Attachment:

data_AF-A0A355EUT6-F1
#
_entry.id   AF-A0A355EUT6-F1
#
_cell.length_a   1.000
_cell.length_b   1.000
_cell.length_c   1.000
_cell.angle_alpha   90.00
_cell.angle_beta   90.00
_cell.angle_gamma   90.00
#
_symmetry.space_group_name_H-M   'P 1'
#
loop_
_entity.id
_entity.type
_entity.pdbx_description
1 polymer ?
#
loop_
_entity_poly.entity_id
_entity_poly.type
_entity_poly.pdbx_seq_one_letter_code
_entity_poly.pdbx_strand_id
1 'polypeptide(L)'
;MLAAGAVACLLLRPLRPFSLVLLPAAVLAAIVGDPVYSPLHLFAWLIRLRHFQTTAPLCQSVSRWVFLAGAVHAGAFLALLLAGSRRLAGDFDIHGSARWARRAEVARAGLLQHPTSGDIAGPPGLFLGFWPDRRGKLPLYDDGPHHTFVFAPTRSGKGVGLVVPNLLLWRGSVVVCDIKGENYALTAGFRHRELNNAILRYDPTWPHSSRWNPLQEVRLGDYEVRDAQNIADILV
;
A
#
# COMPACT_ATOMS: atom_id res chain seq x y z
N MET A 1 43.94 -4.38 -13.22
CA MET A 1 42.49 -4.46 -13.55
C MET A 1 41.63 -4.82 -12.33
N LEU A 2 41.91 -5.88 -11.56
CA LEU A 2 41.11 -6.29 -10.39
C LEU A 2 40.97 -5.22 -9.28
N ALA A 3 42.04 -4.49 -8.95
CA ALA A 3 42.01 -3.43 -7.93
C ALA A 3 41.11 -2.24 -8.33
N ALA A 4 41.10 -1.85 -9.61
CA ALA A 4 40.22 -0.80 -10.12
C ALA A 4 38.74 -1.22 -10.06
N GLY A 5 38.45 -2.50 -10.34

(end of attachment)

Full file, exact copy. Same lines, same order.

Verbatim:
data_AF-A0A355EUT6-F1
#
_entry.id   AF-A0A355EUT6-F1
#
_cell.length_a   1.000
_cell.length_b   1.000
_cell.length_c   1.000
_cell.angle_alpha   90.00
_cell.angle_beta   90.00
_cell.angle_gamma   90.00
#
_symmetry.space_group_name_H-M   'P 1'
#
loop_
_entity.id
_entity.type
_entity.pdbx_description
1 polymer ?
#
loop_
_entity_poly.entity_id
_entity_poly.type
_entity_poly.pdbx_seq_one_letter_code
_entity_poly.pdbx_strand_id
1 'polypeptide(L)'
;MLAAGAVACLLLRPLRPFSLVLLPAAVLAAIVGDPVYSPLHLFAWLIRLRHFQTTAPLCQSVSRWVFLAGAVHAGAFLALLLAGSRRLAGDFDIHGSARWARRAEVARAGLLQHPTSGDIAGPPGLFLGFWPDRRGKLPLYDDGPHHTFVFAPTRSGKGVGLVVPNLLLWRGSVVVCDIKGENYALTAGFRHRELNNAILRYDPTWPHSSRWNPLQEVRLGDYEVRDAQNIADILV
;
A
#
# COMPACT_ATOMS: atom_id res chain seq x y z
N MET A 1 43.94 -4.38 -13.22
CA MET A 1 42.49 -4.46 -13.55
C MET A 1 41.63 -4.82 -12.33
N LEU A 2 41.91 -5.88 -11.56
CA LEU A 2 41.11 -6.29 -10.39
C LEU A 2 40.97 -5.22 -9.28
N ALA A 3 42.04 -4.49 -8.95
CA ALA A 3 42.01 -3.43 -7.93
C ALA A 3 41.11 -2.24 -8.33
N ALA A 4 41.10 -1.85 -9.61
CA ALA A 4 40.22 -0.80 -10.12
C ALA A 4 38.74 -1.22 -10.06
N GLY A 5 38.45 -2.50 -10.34